The Haff-Ton team headed to Rancho Cucamonga, CA, a place popular with newbie bidders and where Ton first learned the hopes of auction hunting.
Fact: Rancho Cucamonga is named after the Kucamongan Indians that settled there around 1200 A.D.
There were three units up for auction and in a place like Rancho Cucamonga, anything could be in them, so the guys were definitely excited to start the bidding.
They paid $250 for a unit with an antique trunk that really grabbed Allen’s attention. The unit also had several other boxes, some art supplies, metal racks and hangers, as well as a pro speaker and equalizer set worth $500.
Allen was very impressed with the trunk, saying it was from 1800’s, and speculated that it might have been a captain’s chest.
Fact: Many crews deserted their ships to join the California Gold Rush in the mid 1800’s.
Fact: The melting point of silver is 1763 degrees Fahrenheit.
Since the jewelry would be worth more melted down, Ton got to have a little fun with his electric melter.
Fact: “Hallmarks” are struck into precious metals to identify the foundry of origin.
They took the trunk to Yvonne, an antiques broker. She said it was from 1890’s and was an Anglo-Indian trunk and probably used by a merchant in India. She brought it from them for $450.
They spotted a mining tray (also called a sluice box) that was worth $100, but that was only the beginning of the gold mining equipment they ended up finding.
Fact: A gold nugget weighing 160 lbs was found in Calaveras County, California in 1854.
Inside an old cedar hope chest from the 60’s that was worth about $200, they found an Austrian made scale. It was very accurate but not overly common for prospectors, who would usually just take their gold to an assay office. Often, they got cheated.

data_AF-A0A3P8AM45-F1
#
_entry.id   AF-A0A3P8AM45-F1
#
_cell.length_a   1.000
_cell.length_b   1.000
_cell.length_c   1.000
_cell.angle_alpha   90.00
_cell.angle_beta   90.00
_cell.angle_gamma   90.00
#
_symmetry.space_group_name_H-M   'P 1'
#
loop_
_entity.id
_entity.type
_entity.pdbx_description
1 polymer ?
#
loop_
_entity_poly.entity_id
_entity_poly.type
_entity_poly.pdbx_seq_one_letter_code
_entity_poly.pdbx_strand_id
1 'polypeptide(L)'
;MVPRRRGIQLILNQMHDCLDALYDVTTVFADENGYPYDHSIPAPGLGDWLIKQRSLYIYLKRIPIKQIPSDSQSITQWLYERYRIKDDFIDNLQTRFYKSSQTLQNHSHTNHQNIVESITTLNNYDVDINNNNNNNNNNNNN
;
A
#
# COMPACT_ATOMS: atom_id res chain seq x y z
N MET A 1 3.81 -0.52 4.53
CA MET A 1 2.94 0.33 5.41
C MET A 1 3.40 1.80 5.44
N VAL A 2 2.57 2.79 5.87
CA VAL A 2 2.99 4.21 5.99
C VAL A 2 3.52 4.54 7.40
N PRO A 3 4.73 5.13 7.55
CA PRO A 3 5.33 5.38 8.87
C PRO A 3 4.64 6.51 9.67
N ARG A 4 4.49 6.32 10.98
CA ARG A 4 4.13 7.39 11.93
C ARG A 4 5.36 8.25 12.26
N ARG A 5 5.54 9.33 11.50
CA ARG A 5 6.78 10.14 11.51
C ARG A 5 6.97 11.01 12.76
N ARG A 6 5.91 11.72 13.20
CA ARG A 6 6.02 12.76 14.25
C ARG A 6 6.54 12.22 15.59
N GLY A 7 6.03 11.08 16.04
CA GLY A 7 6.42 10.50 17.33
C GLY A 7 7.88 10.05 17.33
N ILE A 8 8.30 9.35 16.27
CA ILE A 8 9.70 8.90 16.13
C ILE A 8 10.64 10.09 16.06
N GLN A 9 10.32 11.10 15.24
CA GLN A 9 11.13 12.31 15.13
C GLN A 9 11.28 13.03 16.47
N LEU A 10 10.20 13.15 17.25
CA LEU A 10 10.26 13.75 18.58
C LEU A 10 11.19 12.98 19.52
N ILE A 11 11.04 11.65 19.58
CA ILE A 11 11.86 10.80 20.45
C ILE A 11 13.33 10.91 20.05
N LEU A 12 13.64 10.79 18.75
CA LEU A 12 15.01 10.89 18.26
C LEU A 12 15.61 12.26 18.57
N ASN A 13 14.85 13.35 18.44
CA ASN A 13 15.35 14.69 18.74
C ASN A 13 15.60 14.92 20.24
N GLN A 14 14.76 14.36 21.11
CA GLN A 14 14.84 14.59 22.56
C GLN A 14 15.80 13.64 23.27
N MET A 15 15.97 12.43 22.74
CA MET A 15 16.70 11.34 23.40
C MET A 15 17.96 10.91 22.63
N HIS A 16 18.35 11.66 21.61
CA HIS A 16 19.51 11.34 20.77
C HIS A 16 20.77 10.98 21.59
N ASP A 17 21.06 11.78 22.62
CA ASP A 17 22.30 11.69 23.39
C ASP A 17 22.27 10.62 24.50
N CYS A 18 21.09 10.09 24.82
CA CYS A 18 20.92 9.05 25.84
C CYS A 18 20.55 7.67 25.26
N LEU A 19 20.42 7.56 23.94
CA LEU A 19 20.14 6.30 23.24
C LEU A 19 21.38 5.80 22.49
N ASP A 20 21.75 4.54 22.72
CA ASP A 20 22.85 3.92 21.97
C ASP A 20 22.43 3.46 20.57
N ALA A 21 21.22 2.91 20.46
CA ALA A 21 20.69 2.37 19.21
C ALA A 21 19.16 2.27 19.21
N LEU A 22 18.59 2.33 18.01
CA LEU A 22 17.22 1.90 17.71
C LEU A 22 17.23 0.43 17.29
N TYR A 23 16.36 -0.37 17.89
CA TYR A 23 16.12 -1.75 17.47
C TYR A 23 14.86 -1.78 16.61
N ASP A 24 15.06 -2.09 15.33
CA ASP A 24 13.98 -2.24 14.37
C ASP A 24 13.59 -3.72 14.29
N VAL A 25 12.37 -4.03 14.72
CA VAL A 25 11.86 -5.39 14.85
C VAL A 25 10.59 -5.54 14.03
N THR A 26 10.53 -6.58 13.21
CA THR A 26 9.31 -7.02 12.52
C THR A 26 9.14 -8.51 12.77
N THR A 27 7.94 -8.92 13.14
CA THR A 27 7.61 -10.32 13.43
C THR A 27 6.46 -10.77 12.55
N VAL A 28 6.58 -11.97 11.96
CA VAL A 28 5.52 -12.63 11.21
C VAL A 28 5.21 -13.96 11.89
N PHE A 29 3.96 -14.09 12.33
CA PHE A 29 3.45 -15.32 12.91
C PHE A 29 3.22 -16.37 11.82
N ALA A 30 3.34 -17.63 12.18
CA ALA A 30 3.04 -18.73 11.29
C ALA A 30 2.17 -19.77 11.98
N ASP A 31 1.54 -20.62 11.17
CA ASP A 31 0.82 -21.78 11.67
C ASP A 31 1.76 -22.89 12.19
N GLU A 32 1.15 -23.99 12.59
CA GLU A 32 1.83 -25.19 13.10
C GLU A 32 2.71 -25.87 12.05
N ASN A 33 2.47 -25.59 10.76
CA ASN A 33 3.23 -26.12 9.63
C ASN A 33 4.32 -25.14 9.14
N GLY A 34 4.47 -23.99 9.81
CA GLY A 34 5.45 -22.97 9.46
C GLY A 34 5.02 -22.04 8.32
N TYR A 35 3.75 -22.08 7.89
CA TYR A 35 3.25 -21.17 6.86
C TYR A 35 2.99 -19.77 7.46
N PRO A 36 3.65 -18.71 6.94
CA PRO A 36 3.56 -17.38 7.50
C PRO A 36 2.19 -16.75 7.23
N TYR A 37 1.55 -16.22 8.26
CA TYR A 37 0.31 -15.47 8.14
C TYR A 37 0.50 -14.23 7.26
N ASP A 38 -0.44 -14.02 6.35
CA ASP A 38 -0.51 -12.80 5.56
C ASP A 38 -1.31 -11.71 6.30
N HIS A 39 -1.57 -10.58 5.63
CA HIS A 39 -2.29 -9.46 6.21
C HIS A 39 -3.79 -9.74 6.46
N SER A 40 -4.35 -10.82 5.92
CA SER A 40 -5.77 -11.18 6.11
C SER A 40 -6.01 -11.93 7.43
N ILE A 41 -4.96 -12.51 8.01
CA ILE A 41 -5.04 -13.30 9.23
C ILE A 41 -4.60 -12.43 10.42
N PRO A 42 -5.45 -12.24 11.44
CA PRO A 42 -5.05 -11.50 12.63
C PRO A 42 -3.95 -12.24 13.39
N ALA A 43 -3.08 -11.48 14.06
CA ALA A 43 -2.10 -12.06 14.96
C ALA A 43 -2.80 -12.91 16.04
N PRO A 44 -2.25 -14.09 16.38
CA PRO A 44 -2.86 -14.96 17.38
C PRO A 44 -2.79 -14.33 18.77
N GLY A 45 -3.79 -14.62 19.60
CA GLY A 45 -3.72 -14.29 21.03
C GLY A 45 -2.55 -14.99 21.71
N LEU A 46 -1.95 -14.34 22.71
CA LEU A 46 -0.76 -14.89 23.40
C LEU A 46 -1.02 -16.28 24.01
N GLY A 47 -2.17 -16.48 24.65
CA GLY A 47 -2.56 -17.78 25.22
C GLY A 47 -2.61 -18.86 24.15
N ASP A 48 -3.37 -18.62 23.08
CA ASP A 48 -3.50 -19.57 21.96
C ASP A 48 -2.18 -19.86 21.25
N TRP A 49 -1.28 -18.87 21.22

Fact: An “assay office” is where precious metals are tested for purity and certified.
They also found a mine warning horn from the 1800’s, that was used to warn miners of blasting. It had a value of $400 to $600.
Fact: The DuPont Company was founded in 1802 as a gunpowder mill.
They took all the mining equipment to Rusty, a gold mining expect who runs prospecting workshops. Of course the blasting machine would be worth more if it worked, so they hooked it up and while Allen helpfully tooted the warning horn, Ton blew up some earth.
Fact: U.S. blasters use over 6 billion pounds of explosives each year.
Rusty bought the whole collection of mining equipment for $4000.
From melting silver to prospecting for gold, the Haff-Ton team certainly had a profitable day.
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